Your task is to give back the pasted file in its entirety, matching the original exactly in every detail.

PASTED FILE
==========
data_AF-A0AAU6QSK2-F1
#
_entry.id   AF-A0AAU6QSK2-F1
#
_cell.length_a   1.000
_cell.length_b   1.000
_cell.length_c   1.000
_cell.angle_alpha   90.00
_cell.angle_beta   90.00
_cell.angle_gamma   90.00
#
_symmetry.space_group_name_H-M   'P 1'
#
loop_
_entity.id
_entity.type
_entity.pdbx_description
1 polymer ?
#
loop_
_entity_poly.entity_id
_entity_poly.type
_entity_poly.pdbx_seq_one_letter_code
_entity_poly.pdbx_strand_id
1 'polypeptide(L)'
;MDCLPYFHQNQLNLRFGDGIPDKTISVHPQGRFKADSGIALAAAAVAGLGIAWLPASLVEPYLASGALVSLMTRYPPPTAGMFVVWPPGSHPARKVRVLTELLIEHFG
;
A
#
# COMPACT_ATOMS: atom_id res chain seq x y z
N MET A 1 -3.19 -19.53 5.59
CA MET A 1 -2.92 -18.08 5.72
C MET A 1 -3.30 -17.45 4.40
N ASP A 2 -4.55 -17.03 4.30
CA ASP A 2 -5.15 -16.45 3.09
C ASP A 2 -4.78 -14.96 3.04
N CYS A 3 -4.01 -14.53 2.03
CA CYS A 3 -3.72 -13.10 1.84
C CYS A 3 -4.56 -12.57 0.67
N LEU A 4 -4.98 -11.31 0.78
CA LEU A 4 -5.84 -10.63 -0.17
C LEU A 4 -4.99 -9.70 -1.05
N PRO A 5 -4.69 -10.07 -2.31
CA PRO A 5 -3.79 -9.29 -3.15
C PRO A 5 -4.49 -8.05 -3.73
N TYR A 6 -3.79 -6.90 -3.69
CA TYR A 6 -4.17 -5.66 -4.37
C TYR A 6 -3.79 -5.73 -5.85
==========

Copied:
data_AF-A0AAU6QSK2-F1
#
_entry.id   AF-A0AAU6QSK2-F1
#
_cell.length_a   1.000
_cell.length_b   1.000
_cell.length_c   1.000
_cell.angle_alpha   90.00
_cell.angle_beta   90.00
_cell.angle_gamma   90.00
#
_symmetry.space_group_name_H-M   'P 1'
#
loop_
_entity.id
_entity.type
_entity.pdbx_description
1 polymer ?
#
loop_
_entity_poly.entity_id
_entity_poly.type
_entity_poly.pdbx_seq_one_letter_code
_entity_poly.pdbx_strand_id
1 'polypeptide(L)'
;MDCLPYFHQNQLNLRFGDGIPDKTISVHPQGRFKADSGIALAAAAVAGLGIAWLPASLVEPYLASGALVSLMTRYPPPTAGMFVVWPPGSHPARKVRVLTELLIEHFG
;
A
#
# COMPACT_ATOMS: atom_id res chain seq x y z
N MET A 1 -3.19 -19.53 5.59
CA MET A 1 -2.92 -18.08 5.72
C MET A 1 -3.30 -17.45 4.40
N ASP A 2 -4.55 -17.03 4.30
CA ASP A 2 -5.15 -16.45 3.09
C ASP A 2 -4.78 -14.96 3.04
N CYS A 3 -4.01 -14.53 2.03
CA CYS A 3 -3.72 -13.10 1.84
C CYS A 3 -4.56 -12.57 0.67
N LEU A 4 -4.98 -11.31 0.78
CA LEU A 4 -5.84 -10.63 -0.17
C LEU A 4 -4.99 -9.70 -1.05
N PRO A 5 -4.69 -10.07 -2.31
CA PRO A 5 -3.79 -9.29 -3.15
C PRO A 5 -4.49 -8.05 -3.73
N TYR A 6 -3.79 -6.90 -3.69
CA TYR A 6 -4.17 -5.66 -4.37
C TYR A 6 -3.79 -5.73 -5.85